To fly the DJI FPV (first-person view) drone, available today for $1,299, just don goggles and take in the scenic view as your high-speed drone zips along as fast as 87 mph. You can also control the drone with your hand motions by using a motion controller, sold separately for $199.
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But the all-in-one DJI FPV launches a new drone category for DJI, which celebrates its 15th anniversary this year.
“Right out of the box, DJI FPV combines the best available technology for a hybrid drone like no other,” said Ferdinand Wolf, the creative director of DJI Europe, in a statement announcing the product’s release. “It can fly like a racer, hover like a traditional drone, accelerate like a homebuilt project and stop faster than any of them. DJI FPV lets the world experience the absolute thrill of immersive drone flight without being intimidated by the technology or spending hours building a system from scratch. We can’t wait for the world to try it.”
Included are goggles, a remote controller, a battery and the required cables. In addition to the motion controller, sold separately, you can also purchase two additional smart batteries and charging hub for $299.
The new drone captures 4K video and slow motion high-def video – and goes from 0 to 62 mph in two seconds. Its RockSteady video stabilizing technology keeps footage smooth. You can choose to fly from three different modes: Normal, which includes hovering in place and obstacle detection; Manual, for full control of the drone; and Sport, a blend of the two modes.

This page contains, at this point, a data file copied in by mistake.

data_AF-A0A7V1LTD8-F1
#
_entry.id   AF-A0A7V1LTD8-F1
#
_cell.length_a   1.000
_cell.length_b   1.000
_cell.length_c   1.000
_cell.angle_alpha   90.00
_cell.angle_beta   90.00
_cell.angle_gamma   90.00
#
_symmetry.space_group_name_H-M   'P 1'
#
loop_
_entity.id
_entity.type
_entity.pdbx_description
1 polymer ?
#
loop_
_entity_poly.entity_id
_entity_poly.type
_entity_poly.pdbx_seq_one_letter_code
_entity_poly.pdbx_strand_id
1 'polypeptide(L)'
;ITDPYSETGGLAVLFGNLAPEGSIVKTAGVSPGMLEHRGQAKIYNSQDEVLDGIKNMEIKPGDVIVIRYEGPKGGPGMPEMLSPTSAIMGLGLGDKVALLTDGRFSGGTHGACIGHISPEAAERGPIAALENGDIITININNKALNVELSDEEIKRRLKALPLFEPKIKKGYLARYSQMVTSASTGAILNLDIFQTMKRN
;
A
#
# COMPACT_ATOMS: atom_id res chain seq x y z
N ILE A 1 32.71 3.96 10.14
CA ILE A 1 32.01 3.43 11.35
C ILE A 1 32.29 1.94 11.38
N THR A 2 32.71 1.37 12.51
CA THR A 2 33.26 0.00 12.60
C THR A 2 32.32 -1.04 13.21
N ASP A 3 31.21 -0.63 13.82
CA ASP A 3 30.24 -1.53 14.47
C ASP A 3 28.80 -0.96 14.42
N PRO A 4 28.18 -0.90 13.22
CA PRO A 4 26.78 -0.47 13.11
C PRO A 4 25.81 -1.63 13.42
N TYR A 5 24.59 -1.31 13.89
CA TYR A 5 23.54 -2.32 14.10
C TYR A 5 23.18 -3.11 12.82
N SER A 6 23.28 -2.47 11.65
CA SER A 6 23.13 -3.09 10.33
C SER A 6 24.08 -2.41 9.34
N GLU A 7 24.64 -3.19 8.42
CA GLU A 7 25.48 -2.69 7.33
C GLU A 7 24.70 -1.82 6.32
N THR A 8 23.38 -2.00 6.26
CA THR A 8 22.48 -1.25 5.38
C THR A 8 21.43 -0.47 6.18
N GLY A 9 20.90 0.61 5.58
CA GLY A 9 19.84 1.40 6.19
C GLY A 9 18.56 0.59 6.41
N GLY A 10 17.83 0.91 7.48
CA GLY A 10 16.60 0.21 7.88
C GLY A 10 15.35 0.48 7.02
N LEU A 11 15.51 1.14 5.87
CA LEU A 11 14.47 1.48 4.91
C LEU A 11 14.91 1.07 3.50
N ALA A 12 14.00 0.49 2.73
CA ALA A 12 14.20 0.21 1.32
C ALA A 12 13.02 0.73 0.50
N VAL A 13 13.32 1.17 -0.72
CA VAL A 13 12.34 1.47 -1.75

A new emergency brake feature, available in all three modes, will make the drone immediately stop and hover. You can train for first-person view piloting using the simulator in the new DJI Virtual Flight App.
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A note: in some places, drone pilots wearing first-person goggles may need to have a visual observer to watch for airspace hazards as they fly unmanned aerial vehicles, or UAVs, as they are also known by the Federal Aviation Administration, which has rules for flying the devices.
The Commerce Department put DJI, a Chinese company, on its entity list in December 2020, banning U.S. companies from exporting technology to the company for what the agency charged included enabling “wide-scale human rights abuses within China through … high-technology surveillance,” The Verge reported at the time.
DJI posted on Twitter its response to the agency’s move saying it had “done nothing to justify being placed” on the list. “We have always focused on building products that save lives and benefit society.”
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